World

As Tibetan communities worldwide begin voting, candidates discuss position on China

  • An exile Tibetan Buddhist nun puts her thumb impression as she registers herself before casting her vote in the first round of choosing a new government-in-exile in Dharmsala, where the exiled government is based, India, Sunday, Oct. 18, 2015. Tibetan communities worldwide are voting in the first round of choosing a new government-in-exile, and are debating how to carry on their campaign to free their Himalayan homeland from Chinese rule.(AP Photo/Ashwini Bhatia)

    An exile Tibetan Buddhist nun puts her thumb impression as she registers herself before casting her vote in the first round of choosing a new government-in-exile in Dharmsala, where the exiled government is based, India, Sunday, Oct. 18, 2015. Tibetan communities worldwide are voting in the first round of choosing a new government-in-exile, and are debating how to carry on their campaign to free their Himalayan homeland from Chinese rule.(AP Photo/Ashwini Bhatia)  (The Associated Press)

  • Exile Tibetans greet others as they arrive to cast their votes in the first round of choosing a new government-in-exile in Dharmsala, where the exiled government is based, India, Sunday, Oct. 18, 2015. Tibetan communities worldwide are voting in the first round of choosing a new government-in-exile, and are debating how to carry on their campaign to free their Himalayan homeland from Chinese rule.(AP Photo/Ashwini Bhatia)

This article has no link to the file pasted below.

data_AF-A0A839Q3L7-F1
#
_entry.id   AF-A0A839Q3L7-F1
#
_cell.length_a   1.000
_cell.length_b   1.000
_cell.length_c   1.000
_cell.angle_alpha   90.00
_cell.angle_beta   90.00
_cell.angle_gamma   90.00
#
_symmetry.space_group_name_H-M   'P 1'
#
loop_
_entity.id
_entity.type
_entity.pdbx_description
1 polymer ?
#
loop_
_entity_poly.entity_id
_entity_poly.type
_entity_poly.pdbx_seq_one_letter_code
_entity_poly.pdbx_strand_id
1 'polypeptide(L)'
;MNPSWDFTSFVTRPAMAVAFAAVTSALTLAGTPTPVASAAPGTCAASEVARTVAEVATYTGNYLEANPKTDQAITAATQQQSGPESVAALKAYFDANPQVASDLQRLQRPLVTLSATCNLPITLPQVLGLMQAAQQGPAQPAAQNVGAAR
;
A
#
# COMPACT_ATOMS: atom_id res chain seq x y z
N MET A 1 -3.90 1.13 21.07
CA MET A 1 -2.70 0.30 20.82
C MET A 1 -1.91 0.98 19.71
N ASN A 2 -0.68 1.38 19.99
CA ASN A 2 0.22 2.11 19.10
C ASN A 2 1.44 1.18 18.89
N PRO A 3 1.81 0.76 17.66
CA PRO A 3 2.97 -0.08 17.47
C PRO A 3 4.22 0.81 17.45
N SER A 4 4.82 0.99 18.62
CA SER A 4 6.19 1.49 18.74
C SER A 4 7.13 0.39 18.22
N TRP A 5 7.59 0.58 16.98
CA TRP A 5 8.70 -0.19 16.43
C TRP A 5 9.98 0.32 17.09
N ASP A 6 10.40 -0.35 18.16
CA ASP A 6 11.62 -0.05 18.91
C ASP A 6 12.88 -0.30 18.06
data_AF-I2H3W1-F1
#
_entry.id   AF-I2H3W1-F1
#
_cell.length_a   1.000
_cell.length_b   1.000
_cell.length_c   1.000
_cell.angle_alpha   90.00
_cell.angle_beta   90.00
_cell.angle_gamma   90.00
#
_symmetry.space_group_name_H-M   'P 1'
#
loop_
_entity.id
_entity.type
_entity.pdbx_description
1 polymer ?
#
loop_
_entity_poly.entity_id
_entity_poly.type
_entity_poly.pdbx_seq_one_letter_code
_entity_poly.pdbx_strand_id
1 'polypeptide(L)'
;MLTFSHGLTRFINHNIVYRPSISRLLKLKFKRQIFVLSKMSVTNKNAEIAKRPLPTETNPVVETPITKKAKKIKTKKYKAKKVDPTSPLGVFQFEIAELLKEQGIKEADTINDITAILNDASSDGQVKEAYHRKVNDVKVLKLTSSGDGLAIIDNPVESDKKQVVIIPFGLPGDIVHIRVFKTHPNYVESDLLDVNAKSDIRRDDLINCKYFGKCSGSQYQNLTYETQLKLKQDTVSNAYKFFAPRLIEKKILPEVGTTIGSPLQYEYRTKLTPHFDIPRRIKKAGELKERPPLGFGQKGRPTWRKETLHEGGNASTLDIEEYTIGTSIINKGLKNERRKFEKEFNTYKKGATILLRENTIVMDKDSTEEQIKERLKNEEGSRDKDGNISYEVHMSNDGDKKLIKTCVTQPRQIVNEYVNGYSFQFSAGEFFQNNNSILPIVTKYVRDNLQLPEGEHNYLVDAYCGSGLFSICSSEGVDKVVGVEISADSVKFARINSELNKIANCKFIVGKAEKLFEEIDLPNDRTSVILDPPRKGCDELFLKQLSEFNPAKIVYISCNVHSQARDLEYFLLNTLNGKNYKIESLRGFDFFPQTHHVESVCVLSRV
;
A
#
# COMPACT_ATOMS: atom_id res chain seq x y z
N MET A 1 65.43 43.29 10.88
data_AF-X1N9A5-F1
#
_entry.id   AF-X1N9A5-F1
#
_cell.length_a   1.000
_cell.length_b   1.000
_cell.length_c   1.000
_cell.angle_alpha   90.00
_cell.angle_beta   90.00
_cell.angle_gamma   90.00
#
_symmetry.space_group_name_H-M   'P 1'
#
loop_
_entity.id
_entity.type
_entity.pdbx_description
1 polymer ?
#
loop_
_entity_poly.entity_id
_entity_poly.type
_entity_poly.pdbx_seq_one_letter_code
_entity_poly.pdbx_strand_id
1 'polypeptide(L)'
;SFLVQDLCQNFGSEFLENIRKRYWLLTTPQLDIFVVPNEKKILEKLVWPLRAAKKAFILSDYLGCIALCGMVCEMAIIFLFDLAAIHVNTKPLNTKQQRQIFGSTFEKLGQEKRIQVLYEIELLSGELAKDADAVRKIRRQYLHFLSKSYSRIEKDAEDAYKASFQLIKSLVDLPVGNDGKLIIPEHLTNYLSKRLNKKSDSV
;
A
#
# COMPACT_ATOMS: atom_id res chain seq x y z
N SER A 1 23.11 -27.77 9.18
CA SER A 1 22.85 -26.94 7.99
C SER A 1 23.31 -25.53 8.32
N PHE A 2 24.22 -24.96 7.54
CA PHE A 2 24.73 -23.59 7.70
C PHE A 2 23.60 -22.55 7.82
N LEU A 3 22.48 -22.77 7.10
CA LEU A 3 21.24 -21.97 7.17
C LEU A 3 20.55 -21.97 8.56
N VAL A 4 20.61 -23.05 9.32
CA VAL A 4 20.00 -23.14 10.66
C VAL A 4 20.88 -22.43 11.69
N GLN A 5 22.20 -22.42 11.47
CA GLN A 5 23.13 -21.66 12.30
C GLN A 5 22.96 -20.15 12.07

Exile Tibetans greet others as they arrive to cast their votes in the first round of choosing a new government-in-exile in Dharmsala, where the exiled government is based, India, Sunday, Oct. 18, 2015. Tibetan communities worldwide are voting in the first round of choosing a new government-in-exile, and are debating how to carry on their campaign to free their Himalayan homeland from Chinese rule.(AP Photo/Ashwini Bhatia)  (The Associated Press)

  • Lobsang Sangay, prime minister of the Tibetan government-in-exile, is accompanied by his daughter as he casts his vote in the first round of choosing a new government-in-exile in Dharmsala, where the exiled government is based, India, Sunday, Oct. 18, 2015. Tibetan communities worldwide are voting in the first round of choosing a new government-in-exile, and are debating how to carry on their campaign to free their Himalayan homeland from Chinese rule.(AP Photo/Ashwini Bhatia)

    Lobsang Sangay, prime minister of the Tibetan government-in-exile, is accompanied by his daughter as he casts his vote in the first round of choosing a new government-in-exile in Dharmsala, where the exiled government is based, India, Sunday, Oct. 18, 2015. Tibetan communities worldwide are voting in the first round of choosing a new government-in-exile, and are debating how to carry on their campaign to free their Himalayan homeland from Chinese rule.(AP Photo/Ashwini Bhatia)  (The Associated Press)

Tibetan communities worldwide are voting in the first round of choosing a new government-in-exile, and are debating how to carry on their campaign to free their Himalayan homeland from Chinese rule.

Hundreds of Tibetans, including monks and nuns wearing wine-colored robes, lined up behind voting kiosks in the north Indian hill town of Dharmsala, where the exiled government is based.

It is just the second time Tibetans are voting since their one-time ruler, the Dalai Lama, gave up his political powers in 2011 to focus on his role as Tibetan Buddhist spiritual leader.

More than 80,000 people were registered to vote in Sunday's elections, which will decide which parliamentary and prime ministerial candidates will run in the final elections on March 20.